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In the spring of 2011, a diverse group of scientists gathered at Cornell University to discuss their research into the nature and origin of biological information. This symposium brought together experts in information theory, computer science, numerical simulation, thermodynamics, evolutionary theory, whole organism biology, developmental biology, molecular biology, genetics, physics, biophysics, mathematics, and linguistics. This volume presents new research by those invited to speak at the conference.The contributors to this volume use their wide-ranging expertise in the area of biological information to bring fresh insights into the many explanatory difficulties associated with biological information. These authors raise major challenges to the conventional scientific wisdom, which attempts to explain all biological information exclusively in terms of the standard mutation/selection paradigm.Several clear themes emerged from these research papers: 1) Information is indispensable to our understanding of what life is; 2) Biological information is more than the material structures that embody it; 3) Conventional chemical and evolutionary mechanisms seem insufficient to fully explain the labyrinth of information that is life. By exploring new perspectives on biological information, this volume seeks to expand, encourage, and enrich research into the nature and origin of biological information.Contents:Session One — Information Theory & Biology: Introductory Comments (Robert J Marks II):Biological Information — What is It? (Werner Gitt, Robert Compton and Jorge Fernandez)A General Theory of Information Cost Incurred by Successful Search (William A Dembski, Winston Ewert and Robert J Marks II)Pragmatic Information (John W Oller, Jr)Limits of Chaos and Progress in Evolutionary Dynamics (William F Basener)Tierra: The Character of Adaptation (Winston Ewert, William A Dembski and Robert J Marks II)Multiple Overlapping Genetic Codes Profoundly Reduce the Probability of Beneficial Mutation (George Montañez, Robert J Marks II, Jorge Fernandez and John C Sanford)Entropy, Evolution and Open Systems (Granville Sewell)Information and Thermodynamics in Living Systems (Andy C McIntosh)Session Two — Biological Information and Genetic Theory: Introductory Comments (John C Sanford):Not Junk After All: Non-Protein-Coding DNA Carries Extensive Biological Information (Jonathan Wells)Can Purifying Natural Selection Preserve Biological Information? (Paul Gibson, John R Baumgardner, Wesley H Brewer and John C Sanford)Selection Threshold Severely Constrains Capture of Beneficial Mutations (John C Sanford, John R Baumgardner and Wesley H Brewer)Using Numerical Simulation to Test the “Mutation-Count” Hypothesis (Wesley H Brewer, John R Baumgardner and John C Sanford)Can Synergistic Epistasis Halt Mutation Accumulation? Results from Numerical Simulation (John R Baumgardner, Wesley H Brewer and John C Sanford)Computational Evolution Experiments Reveal a Net Loss of Genetic Information Despite Selection (Chase W Nelson and John C Sanford)Information Loss: Potential for Accelerating Natural Genetic Attenuation of RNA Viruses (Wesley H Brewer, Franzine D Smith and John C Sanford)DNA.EXE: A Sequence Comparison between the Human Genome and Computer Code (Josiah Seaman)Biocybernetics and Biosemiosis (Donald Johnson)Session Three — Theoretical Molecular Biology: Introductory Comments (Michael J Behe):An Ode to the Code: Evidence for Fine-Tuning in the Standard Codon Table (Jed C Macosko and Amanda M Smelser)A New Model of Intracellular Communication Based on Coherent, High-Frequency Vibrations in Biomolecules (L Dent)Getting There First: An Evolutionary Rate Advantage for Adaptive Loss-of-Function Mutations (Michael J Behe)The Membrane Code: A Carrier of Essential Biological Information That is Not Specified by DNA and is Inherited Apart from It (Jonathan Wells)Explaining Metabolic Innovation: Neo-Darwinism Versus Design (Douglas D Axe and Ann K Gauger)Session Four — Biological Information and Self-Organizational Complexity Theory: Introductory Comments (Bruce L Gordon):Evolution Beyond Entailing Law: The Roles of Embodied Information and Self Organization (Stuart Kauffman)Towards a General Biology: Emergence of Life and Information from the Perspective of Complex Systems Dynamics (Bruce H Weber)Readership: Academics, researchers, postgraduates and advanced undergraduates in bioinformatics. Biologists, mathematicians/statisticians, physicists and computer scientists.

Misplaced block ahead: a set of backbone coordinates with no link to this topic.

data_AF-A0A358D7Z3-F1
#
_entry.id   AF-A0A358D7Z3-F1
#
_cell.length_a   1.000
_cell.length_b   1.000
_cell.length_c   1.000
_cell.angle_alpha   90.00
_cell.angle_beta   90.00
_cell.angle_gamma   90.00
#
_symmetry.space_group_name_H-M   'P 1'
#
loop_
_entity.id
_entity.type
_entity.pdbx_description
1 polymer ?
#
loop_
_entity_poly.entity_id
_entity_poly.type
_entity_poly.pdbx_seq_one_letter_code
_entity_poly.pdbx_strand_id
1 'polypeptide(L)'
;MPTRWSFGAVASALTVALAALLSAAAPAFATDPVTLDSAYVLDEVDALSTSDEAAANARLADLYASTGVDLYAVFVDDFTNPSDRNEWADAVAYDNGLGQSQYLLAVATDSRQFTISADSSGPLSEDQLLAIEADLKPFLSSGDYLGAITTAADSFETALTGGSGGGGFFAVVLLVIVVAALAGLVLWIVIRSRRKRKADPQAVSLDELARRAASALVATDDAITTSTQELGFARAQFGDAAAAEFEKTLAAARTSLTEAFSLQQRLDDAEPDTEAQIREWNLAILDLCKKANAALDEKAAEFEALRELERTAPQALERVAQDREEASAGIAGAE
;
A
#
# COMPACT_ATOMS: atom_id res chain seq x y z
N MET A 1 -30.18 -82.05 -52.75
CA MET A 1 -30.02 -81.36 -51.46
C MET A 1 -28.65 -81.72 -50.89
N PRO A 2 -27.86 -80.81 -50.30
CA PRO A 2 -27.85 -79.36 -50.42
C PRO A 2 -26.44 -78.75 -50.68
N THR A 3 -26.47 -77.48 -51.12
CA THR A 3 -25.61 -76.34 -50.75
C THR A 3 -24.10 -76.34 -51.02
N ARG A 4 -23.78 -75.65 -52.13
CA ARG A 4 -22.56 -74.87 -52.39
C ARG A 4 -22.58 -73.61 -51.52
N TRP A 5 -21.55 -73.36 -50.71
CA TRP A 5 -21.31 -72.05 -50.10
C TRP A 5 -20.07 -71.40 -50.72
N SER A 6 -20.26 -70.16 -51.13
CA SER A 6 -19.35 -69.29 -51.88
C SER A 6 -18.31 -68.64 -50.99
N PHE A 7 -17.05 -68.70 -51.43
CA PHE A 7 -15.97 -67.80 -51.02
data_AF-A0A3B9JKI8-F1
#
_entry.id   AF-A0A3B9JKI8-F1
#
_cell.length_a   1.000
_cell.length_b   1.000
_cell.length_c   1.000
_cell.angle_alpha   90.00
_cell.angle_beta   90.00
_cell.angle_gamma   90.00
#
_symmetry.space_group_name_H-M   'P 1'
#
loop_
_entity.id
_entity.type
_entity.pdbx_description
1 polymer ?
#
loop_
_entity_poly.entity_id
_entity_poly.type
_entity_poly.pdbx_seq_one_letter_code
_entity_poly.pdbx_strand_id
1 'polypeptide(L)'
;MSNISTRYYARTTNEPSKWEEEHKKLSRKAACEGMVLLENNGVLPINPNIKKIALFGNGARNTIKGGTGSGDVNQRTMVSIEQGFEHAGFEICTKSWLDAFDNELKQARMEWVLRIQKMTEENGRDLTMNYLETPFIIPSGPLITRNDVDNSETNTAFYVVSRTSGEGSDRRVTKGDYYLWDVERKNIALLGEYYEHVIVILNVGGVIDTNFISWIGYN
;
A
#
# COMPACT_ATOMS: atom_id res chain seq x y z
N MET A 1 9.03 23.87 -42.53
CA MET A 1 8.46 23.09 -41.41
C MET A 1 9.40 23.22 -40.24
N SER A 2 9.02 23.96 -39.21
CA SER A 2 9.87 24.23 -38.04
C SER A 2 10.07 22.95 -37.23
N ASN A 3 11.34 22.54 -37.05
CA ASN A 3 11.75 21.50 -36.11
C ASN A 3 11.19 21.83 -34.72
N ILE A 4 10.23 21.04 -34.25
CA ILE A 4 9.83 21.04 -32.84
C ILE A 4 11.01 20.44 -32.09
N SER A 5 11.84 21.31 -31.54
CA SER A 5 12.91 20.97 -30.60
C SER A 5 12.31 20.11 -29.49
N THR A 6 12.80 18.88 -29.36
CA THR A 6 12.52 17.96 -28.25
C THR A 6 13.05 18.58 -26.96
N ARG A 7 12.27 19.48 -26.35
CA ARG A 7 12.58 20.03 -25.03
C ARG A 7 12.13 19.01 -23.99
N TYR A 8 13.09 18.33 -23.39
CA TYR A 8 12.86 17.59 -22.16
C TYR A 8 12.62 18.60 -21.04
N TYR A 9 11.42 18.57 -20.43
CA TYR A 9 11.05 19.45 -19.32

The Fourteenth Marcel Grossmann Meeting:On Recent Developments in Theoretical and Experimental General Relativity, Astrophysics, and Relativistic Field Theories (In 4 Volumes)